Wealth Mag i23

Page 92


Is a career in

animation worth pursuing?


he word animation has become ubiquitous in Jamaica. Almost every week we read or hear something new about this creative industry that has the potential to pull our (Jamaican) economy from the depths of the unemployment crisis and raise our GDP beyond levels ever achievable by bauxite, tourism and music combined. To absolutely confirm this would be leading you astray. Instead, to come to a conclusion as to whether or not a career in animation in Jamaica and the wider Caribbean is worth pursuing, it would be best to analyze the pros, cons and possibilities separately.


To set the stage for our discussion, let’s create the proper context for viewing the worth of a career in animation. First, let’s talk about the things you have probably heard already: 1. The global animation industry generated as much as US$222 BILLION In 2013. It’s true! This was recorded in



By Kevin Jackson a report published in January 2014 by Digital Vector. This is great news, especially since… 2. The industry is moving away from inhouse talent to outsourced talent. This little tidbit is also true! Though most feature-film animation is still controlled by a few studios globally, smaller studios have been making in-roads over the last 20 or so years and provide “proofof-concept” of the outsourcing model. Now many studios look for the labour to produce their content off-shore. Things are sounding even better because… 3. Jamaica is RIPE to be used as an outsourcing location. By all indications so far – this seems to be true as well. After all, Jamaica does have a distinct advantage for North American and Canadian production houses looking to outsource as Jamaica is near shore, English speaking, time-zone friendly, culturally compatible and on par creatively. We just need a cadre of trained and educated animators. Woo hoo! Excellent! After all… 4. It doesn’t take a lot of training to become an animator. This bit is, shall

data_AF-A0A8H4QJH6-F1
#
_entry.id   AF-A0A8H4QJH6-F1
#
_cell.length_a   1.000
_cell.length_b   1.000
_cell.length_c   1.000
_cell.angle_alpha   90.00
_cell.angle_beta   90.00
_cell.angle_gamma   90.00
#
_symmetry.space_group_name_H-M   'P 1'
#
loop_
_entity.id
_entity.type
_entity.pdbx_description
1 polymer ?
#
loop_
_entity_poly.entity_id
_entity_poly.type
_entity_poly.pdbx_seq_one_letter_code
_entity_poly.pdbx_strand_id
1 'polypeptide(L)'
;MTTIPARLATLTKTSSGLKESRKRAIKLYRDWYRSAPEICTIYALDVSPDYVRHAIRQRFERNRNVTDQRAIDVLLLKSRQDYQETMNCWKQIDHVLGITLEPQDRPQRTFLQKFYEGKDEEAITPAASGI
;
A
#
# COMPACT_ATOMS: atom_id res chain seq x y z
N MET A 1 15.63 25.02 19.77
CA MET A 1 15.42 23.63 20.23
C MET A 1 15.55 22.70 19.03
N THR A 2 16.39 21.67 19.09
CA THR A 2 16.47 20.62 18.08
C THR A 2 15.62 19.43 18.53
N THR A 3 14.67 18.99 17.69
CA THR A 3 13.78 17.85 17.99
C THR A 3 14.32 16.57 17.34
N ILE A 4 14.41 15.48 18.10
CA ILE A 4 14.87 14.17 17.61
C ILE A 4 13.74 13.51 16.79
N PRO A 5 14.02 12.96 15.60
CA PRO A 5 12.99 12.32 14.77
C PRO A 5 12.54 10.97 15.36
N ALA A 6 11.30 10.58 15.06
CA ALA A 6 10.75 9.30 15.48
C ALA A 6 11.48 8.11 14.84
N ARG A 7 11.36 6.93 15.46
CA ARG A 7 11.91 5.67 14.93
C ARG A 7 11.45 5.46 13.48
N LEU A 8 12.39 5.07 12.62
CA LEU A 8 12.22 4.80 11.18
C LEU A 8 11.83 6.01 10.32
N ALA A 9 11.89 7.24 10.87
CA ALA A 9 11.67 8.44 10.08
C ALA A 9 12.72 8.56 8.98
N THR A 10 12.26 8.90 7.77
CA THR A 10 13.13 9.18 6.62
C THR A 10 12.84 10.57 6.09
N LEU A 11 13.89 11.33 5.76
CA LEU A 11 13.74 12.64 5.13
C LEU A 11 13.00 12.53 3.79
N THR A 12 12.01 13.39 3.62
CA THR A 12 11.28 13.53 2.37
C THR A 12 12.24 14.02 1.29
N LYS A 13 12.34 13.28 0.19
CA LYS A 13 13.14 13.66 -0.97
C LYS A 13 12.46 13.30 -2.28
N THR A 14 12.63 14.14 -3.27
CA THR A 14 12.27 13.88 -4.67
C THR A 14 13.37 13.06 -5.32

we say, a matter of perception. The creative industries in Jamaica and the wider Caribbean tend to suffer from the general public’s notion that “anyone can do it”. The worst part is, many times that statement is true. Anyone can pirouette, similarly to the way anyone can animate, similarly to the way anyone can draw a house. What separates the drawing of a house from an architectural rendering is the same thing that separates tipping on your toes and spinning from performing a pirouette and the very same thing that separates simply drawing something in motion from animating an object. And that is what leads us to the elements of the context that are less spoken about. Here are a few things about the context you probably have not heard as yet: 1. Globally, the field of animation has more than 44 specializations, and many studios leverage employees within these specializations to create the best animation. Due to this kind of workflow… 2. Many international animation studios use more than 3 different pieces of software to produce animated content.

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